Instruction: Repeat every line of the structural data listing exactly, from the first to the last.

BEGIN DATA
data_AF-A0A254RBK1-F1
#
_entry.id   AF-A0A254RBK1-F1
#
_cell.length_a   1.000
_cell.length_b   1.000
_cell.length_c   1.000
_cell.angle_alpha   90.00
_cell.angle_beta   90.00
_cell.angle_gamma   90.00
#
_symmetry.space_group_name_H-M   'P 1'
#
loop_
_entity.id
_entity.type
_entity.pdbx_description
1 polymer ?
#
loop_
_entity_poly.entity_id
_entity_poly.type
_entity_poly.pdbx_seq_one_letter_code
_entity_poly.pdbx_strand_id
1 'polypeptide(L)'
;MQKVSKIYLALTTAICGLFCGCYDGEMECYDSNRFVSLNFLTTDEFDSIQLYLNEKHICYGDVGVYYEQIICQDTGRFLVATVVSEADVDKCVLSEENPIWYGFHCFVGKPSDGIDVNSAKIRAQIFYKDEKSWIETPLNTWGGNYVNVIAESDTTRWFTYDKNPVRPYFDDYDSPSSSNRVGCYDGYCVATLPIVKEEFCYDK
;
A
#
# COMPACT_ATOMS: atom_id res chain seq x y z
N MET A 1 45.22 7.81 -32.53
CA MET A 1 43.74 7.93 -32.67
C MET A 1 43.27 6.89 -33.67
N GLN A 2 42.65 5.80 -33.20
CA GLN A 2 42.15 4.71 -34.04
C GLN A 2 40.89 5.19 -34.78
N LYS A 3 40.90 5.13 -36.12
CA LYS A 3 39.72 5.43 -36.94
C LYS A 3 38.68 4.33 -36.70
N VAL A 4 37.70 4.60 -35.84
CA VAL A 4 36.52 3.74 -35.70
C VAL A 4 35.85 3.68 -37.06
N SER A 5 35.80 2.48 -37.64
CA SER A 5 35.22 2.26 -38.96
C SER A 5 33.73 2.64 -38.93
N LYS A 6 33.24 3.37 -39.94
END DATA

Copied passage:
data_AF-A0A254RBK1-F1
#
_entry.id   AF-A0A254RBK1-F1
#
_cell.length_a   1.000
_cell.length_b   1.000
_cell.length_c   1.000
_cell.angle_alpha   90.00
_cell.angle_beta   90.00
_cell.angle_gamma   90.00
#
_symmetry.space_group_name_H-M   'P 1'
#
loop_
_entity.id
_entity.type
_entity.pdbx_description
1 polymer ?
#
loop_
_entity_poly.entity_id
_entity_poly.type
_entity_poly.pdbx_seq_one_letter_code
_entity_poly.pdbx_strand_id
1 'polypeptide(L)'
;MQKVSKIYLALTTAICGLFCGCYDGEMECYDSNRFVSLNFLTTDEFDSIQLYLNEKHICYGDVGVYYEQIICQDTGRFLVATVVSEADVDKCVLSEENPIWYGFHCFVGKPSDGIDVNSAKIRAQIFYKDEKSWIETPLNTWGGNYVNVIAESDTTRWFTYDKNPVRPYFDDYDSPSSSNRVGCYDGYCVATLPIVKEEFCYDK
;
A
#
# COMPACT_ATOMS: atom_id res chain seq x y z
N MET A 1 45.22 7.81 -32.53
CA MET A 1 43.74 7.93 -32.67
C MET A 1 43.27 6.89 -33.67
N GLN A 2 42.65 5.80 -33.20
CA GLN A 2 42.15 4.71 -34.04
C GLN A 2 40.89 5.19 -34.78
N LYS A 3 40.90 5.13 -36.12
CA LYS A 3 39.72 5.43 -36.94
C LYS A 3 38.68 4.33 -36.70
N VAL A 4 37.70 4.60 -35.84
CA VAL A 4 36.52 3.74 -35.70
C VAL A 4 35.85 3.68 -37.06
N SER A 5 35.80 2.48 -37.64
CA SER A 5 35.22 2.26 -38.96
C SER A 5 33.73 2.64 -38.93
N LYS A 6 33.24 3.37 -39.94